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TARGETSFAST FACTSDevelop further an open, rules-based, predictable, non-discriminatory trading and financial systemAddress the special needs of least developed countries, landlocked countries and small island developing statesDeal comprehensively with developing countries’ debtIn cooperation with pharmaceutical companies, provide access to affordable, essential drugs in developing countriesIn cooperation with the private sector, make available benefits of new technologies, especially ICTsOcial development assistance stood at $126 billion in 2012.A total of 83 per cent of least developed country exports enter developed countries duty-free.In 2012, trade of developing countries and transition economies outpaced the world average. In the developing world, 31 per cent of the population use the Internet, compared with 77 per cent of the developed world.Develop a global partnership for development UNITED NATIONS GOAL 8FACT SHEETWHERE WE STANDThe trade climate continues to improve for developing and least developed countries. The developing country share of world trade rose to 44.4 per cent in 2012. Average tariffs levied by developed countries continued to decline for developing countries in 2011. Debt service ratios are one-quarter less from their 2000 level, lessening the financial burden on developing countries. Better debt management, the expansion of trade and, for the poorest countries, substantial debt relief have reduced the burden of debt service. The global financial crisis and Euro-zone turmoil continue to take a toll on official development assistance (ODA). In 2012 ODA of $126 billion was 4 per cent less in real terms than in 2011, which was 2 per cent less than in 2010. This is the first time since 1996-1997 that ODA fell in two consecutive years. Aid is being increasingly concentrated in a small number of countries. The top 20 recipients in 2011 (out of 158 countries and territories) accounted for about 55 per cent of total ODA, up from 38 per cent the year before.Mobile-cellular subscriptions are moving towards saturation levels. With a projected 6.8 billion mobile-cellular subscriptions by the end of 2013, global penetration will reach 96 per cent. The growth in the number of individuals using the Internet in developing countries continues to outpace that in developed countries, growing at 12 per cent in 2013 compared to 5 per cent in developed countries. The total number of Internet users in developing countries comprises 65 per cent of the total number of users in the world in 2013, up from 40 per cent in 2005. Broadband Internet is becoming more widely available and affordable, but is still out of reach in many developing countries. Prices for essential medicines in low and lower-middle-income countries were, on average, 3.3 times higher than international reference prices in public sector facilities and 5.7 times higher in private sector facilities. Essential medicines are available in only 57 per cent of public sector facilities and 65 per cent of private facilities (in selected developing countries).WHAT’S WORKING?In 2012, members of the group of countries rearmed their pledge not to impose protectionist measures and have largely resisted creating new trade barriers. Despite mounting unemployment and the high cost of transferring remittances in developed countries, remittance ows to developing countries grew to $401 billion in 2012, a 5.3 per cent increase over 2011. Remittances are expected to keep rising.As of April 2013, 35 countries out of 39 highly-indebted poor countries (HIPCs) eligible through the HIPC Initiative were receiving irrevocable debt relief from the International Monetary Fund, the World Bank and other creditors after reaching their completion points. According to the MDG Gap Task Force Report 2013, while the link between debt relief and poverty-reducing expenditure is dicult to demonstrate, data show that HIPCs have increased poverty-reducing expenditures as their debt service payments have declined.The World Bank Group committed $52.6 billion in loans, grants, equity investments and guarantees to help promote economic growth, increase shared prosperity and ght extreme poverty in developing countries during scal year 2013, which ended on 30 June. World Bank Group support for projects in sub-Saharan Africa reached its highest levels There are over six billion mobile phone subscriptions worldwide. For every person who accesses the Internet from a computer, two do so from a mobile device. In South Africa, over 25,000 learners have improved their math skills through interactive exercises and quizzes on mobile phones thanks to cooperation between the government, mobile carriers, Nokia and individual schools and teachers. In Mali, teachers can access lesson plans and curricular materials through a simple yet functional Internet portal. Mobile technologies are promoting collaborative learning in science classes in Chile; strengthening communication between principals and teachers in Kenya; reinforcing newly-acquired literacy skills for women and girls in Pakistan; facilitating adult vocational training in Europe; and improving the eciency and speed of educational data collection in Argentina. These projects are an essential component of the broader UNESCO Working Paper Series on Mobile Learning, which seeks to better understand how mobile technologies can be used to improve educational access, equity and quality around the world.PARTNERING FOR SUCCESSThe MDGs have mobilized action from Governments, civil society and other partners around the world, with significant results obtained through partnerships. Going beyond traditional means of delivering aid for achieving the MDGs, the UN Secretary-General and others have brought on board a range of partners, including Governments, civil society, academia, the private sector and international institutions, to accelerate progress and close gaps. Partnership initiatives for the MDGs include: Every Woman Every ChildGAVI AllianceThe Global FundGlobal Education First InitiativeRollback MalariaSanitation and Water for AllScaling Up NutritionSustainable Energy for All and Zero Hunger ChallengeThe MDG Gap Task Force was created by the UN Secretary-General in May 2007 to improve monitoring of the global commitments contained in MDG 8, the Global Partnership for Development. The main purpose of the Task Force is to systematically track existing international commitments and to identify gaps and obstacles in their fulfilment at the international, regional and country levels in the areas of official development assistance, market access (trade), debt sustainability, access to essential medicines and new technologies. The Task Force integrates more than 30 UN and other international agencies.The Integrated Implementation Frameworkrecords and monitors financial as well as policy commitments made in support of the MDGs by UN Member States and other international stakeholders.Sources: The Millennium Development Goals Report 2013MDG Gap Task Force Report 2013, DESA, Good Practices and Innovations in Public Governance; UNESCOInternational Monetary Fund, World Bank. For more information, please contact mediainfo@un.orgIssued by the UN Department of Public Information, September 2013facebook.com/wecanendpoverty | twitter: @wecanendpoverty www.un.org/millenniumgoals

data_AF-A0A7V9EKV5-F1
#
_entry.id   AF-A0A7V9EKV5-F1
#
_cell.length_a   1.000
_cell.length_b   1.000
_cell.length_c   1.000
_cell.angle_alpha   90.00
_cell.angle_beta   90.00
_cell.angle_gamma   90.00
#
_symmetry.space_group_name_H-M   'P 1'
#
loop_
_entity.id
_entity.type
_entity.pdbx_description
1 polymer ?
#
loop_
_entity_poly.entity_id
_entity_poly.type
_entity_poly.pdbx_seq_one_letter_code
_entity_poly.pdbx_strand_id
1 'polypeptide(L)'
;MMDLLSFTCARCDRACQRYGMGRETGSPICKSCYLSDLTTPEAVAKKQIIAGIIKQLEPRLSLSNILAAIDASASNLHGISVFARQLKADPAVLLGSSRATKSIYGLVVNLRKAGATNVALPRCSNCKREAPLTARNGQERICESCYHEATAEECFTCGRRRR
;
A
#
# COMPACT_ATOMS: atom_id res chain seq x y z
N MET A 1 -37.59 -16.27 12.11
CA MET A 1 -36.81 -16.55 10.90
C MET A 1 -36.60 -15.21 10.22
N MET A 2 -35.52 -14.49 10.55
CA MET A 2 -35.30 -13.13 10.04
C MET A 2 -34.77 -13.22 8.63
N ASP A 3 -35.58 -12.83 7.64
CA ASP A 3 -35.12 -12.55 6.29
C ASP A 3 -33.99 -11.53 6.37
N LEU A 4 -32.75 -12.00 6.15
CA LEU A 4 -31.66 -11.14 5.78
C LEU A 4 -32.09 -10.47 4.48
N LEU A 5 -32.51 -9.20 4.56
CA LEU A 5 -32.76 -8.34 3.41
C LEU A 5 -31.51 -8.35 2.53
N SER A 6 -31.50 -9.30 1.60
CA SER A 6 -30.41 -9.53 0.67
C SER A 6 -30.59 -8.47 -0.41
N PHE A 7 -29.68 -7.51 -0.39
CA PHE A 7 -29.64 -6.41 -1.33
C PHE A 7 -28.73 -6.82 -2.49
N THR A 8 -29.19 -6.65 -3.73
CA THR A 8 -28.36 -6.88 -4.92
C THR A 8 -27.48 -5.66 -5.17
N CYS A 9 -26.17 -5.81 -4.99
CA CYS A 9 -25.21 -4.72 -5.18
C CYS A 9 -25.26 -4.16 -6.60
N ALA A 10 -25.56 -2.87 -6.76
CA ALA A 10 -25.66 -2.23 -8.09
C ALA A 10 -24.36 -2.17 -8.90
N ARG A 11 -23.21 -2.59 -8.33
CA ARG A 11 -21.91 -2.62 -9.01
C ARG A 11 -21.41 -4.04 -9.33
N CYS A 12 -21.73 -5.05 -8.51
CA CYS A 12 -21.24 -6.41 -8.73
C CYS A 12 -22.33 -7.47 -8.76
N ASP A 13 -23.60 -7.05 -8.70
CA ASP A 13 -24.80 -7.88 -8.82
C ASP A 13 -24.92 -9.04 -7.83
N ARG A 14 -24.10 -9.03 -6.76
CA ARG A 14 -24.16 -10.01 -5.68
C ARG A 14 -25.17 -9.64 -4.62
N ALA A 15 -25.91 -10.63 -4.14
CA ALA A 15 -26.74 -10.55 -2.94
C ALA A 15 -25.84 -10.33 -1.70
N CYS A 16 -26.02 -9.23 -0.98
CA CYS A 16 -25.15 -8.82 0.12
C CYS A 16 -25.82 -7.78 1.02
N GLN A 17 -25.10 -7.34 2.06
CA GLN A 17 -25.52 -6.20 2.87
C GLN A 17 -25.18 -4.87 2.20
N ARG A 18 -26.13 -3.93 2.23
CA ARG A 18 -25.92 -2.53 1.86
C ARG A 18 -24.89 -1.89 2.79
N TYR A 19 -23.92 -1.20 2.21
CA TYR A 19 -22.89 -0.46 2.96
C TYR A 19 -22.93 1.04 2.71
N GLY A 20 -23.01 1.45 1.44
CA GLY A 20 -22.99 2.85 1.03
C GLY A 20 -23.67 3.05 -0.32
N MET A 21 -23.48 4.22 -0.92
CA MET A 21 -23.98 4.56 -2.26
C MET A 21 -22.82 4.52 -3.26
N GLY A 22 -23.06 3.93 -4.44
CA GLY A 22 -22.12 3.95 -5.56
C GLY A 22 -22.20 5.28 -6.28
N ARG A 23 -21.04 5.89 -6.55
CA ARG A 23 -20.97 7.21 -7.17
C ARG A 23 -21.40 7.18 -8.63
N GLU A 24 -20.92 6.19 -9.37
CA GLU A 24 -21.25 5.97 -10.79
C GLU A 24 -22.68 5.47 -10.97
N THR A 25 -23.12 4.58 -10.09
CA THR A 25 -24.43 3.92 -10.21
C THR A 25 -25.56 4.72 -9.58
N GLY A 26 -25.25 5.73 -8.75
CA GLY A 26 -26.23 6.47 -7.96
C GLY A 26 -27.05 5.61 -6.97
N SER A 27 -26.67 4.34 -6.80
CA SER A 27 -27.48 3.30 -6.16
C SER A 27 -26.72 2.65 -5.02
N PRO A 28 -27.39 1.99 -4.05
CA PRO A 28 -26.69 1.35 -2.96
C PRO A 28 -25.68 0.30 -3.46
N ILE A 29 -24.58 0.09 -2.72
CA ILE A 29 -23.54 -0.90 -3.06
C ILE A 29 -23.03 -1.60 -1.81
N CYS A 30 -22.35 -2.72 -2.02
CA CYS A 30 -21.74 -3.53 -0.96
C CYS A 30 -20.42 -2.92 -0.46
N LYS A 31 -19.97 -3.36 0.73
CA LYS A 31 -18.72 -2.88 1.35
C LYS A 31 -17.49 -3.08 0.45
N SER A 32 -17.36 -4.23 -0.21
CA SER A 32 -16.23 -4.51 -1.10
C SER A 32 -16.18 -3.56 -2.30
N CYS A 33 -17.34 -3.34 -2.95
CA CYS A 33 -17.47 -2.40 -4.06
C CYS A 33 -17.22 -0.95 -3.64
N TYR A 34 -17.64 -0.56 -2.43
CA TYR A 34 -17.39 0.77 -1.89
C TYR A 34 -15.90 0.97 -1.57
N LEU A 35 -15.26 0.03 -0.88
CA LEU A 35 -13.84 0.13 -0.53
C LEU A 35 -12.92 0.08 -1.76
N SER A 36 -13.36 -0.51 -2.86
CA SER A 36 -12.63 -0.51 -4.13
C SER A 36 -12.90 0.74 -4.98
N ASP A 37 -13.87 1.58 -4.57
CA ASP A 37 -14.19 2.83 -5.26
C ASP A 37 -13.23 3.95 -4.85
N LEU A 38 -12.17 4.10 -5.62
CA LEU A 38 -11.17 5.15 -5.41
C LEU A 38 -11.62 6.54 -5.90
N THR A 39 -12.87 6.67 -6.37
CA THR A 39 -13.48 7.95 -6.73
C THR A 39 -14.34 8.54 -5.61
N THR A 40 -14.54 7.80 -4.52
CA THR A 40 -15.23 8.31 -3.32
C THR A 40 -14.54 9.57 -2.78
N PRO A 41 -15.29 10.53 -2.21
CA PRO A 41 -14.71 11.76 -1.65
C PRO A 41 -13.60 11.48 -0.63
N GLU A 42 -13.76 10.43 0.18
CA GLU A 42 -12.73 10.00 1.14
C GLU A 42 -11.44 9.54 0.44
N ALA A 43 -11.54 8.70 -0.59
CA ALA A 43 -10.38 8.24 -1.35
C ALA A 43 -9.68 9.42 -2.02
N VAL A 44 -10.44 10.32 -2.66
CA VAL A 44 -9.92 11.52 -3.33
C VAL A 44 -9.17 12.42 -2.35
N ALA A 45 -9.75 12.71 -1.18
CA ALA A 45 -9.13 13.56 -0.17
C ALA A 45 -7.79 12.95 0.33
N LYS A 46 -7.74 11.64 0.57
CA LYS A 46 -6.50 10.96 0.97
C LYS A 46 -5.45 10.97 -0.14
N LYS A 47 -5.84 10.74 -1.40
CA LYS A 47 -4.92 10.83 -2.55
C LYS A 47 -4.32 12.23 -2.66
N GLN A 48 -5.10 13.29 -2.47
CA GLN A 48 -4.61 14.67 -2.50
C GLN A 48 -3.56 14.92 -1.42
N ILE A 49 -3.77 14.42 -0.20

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Develop further an open rulesbased predictable nondiscriminatory trading and financial system 2 Address the special needs of least developed countries landlocked countries and small island developing states 3 D ID: 9534 Download Pdf